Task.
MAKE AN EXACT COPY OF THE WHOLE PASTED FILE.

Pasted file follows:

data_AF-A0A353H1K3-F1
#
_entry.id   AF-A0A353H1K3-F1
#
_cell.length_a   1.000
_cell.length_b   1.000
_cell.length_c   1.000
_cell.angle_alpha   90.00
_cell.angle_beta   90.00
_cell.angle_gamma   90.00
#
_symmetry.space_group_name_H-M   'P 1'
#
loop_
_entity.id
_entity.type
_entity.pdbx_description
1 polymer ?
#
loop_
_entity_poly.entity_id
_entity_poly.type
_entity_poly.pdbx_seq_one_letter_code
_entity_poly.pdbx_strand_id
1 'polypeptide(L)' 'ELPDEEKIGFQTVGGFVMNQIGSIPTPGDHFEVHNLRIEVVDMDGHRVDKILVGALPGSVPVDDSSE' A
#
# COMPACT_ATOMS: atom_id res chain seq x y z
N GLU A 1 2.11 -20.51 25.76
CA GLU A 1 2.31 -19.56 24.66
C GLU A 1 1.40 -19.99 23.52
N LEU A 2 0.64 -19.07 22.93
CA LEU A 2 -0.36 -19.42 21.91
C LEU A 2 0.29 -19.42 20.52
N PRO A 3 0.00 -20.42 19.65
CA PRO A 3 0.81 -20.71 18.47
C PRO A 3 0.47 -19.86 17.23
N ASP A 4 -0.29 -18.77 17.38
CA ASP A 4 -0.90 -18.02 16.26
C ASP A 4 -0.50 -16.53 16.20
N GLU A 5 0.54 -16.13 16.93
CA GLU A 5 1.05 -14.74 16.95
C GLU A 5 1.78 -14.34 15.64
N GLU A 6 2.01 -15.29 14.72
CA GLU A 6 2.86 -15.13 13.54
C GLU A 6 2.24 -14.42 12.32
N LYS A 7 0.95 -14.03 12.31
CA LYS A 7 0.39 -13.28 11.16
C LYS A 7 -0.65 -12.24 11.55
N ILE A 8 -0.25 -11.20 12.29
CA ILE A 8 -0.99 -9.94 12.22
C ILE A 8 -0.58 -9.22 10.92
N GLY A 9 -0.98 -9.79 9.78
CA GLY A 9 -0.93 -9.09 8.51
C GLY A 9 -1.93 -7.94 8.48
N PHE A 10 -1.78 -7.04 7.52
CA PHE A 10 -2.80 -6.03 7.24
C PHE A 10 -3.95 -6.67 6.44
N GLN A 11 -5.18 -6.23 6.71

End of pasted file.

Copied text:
data_AF-A0A353H1K3-F1
#
_entry.id   AF-A0A353H1K3-F1
#
_cell.length_a   1.000
_cell.length_b   1.000
_cell.length_c   1.000
_cell.angle_alpha   90.00
_cell.angle_beta   90.00
_cell.angle_gamma   90.00
#
_symmetry.space_group_name_H-M   'P 1'
#
loop_
_entity.id
_entity.type
_entity.pdbx_description
1 polymer ?
#
loop_
_entity_poly.entity_id
_entity_poly.type
_entity_poly.pdbx_seq_one_letter_code
_entity_poly.pdbx_strand_id
1 'polypeptide(L)' 'ELPDEEKIGFQTVGGFVMNQIGSIPTPGDHFEVHNLRIEVVDMDGHRVDKILVGALPGSVPVDDSSE' A
#
# COMPACT_ATOMS: atom_id res chain seq x y z
N GLU A 1 2.11 -20.51 25.76
CA GLU A 1 2.31 -19.56 24.66
C GLU A 1 1.40 -19.99 23.52
N LEU A 2 0.64 -19.07 22.93
CA LEU A 2 -0.36 -19.42 21.91
C LEU A 2 0.29 -19.42 20.52
N PRO A 3 0.00 -20.42 19.65
CA PRO A 3 0.81 -20.71 18.47
C PRO A 3 0.47 -19.86 17.23
N ASP A 4 -0.29 -18.77 17.38
CA ASP A 4 -0.90 -18.02 16.26
C ASP A 4 -0.50 -16.53 16.20
N GLU A 5 0.54 -16.13 16.93
CA GLU A 5 1.05 -14.74 16.95
C GLU A 5 1.78 -14.34 15.64
N GLU A 6 2.01 -15.29 14.72
CA GLU A 6 2.86 -15.13 13.54
C GLU A 6 2.24 -14.42 12.32
N LYS A 7 0.95 -14.03 12.31
CA LYS A 7 0.39 -13.28 11.16
C LYS A 7 -0.65 -12.24 11.55
N ILE A 8 -0.25 -11.20 12.29
CA ILE A 8 -0.99 -9.94 12.22
C ILE A 8 -0.58 -9.22 10.92
N GLY A 9 -0.98 -9.79 9.78
CA GLY A 9 -0.93 -9.09 8.51
C GLY A 9 -1.93 -7.94 8.48
N PHE A 10 -1.78 -7.04 7.52
CA PHE A 10 -2.80 -6.03 7.24
C PHE A 10 -3.95 -6.67 6.44
N GLN A 11 -5.18 -6.23 6.71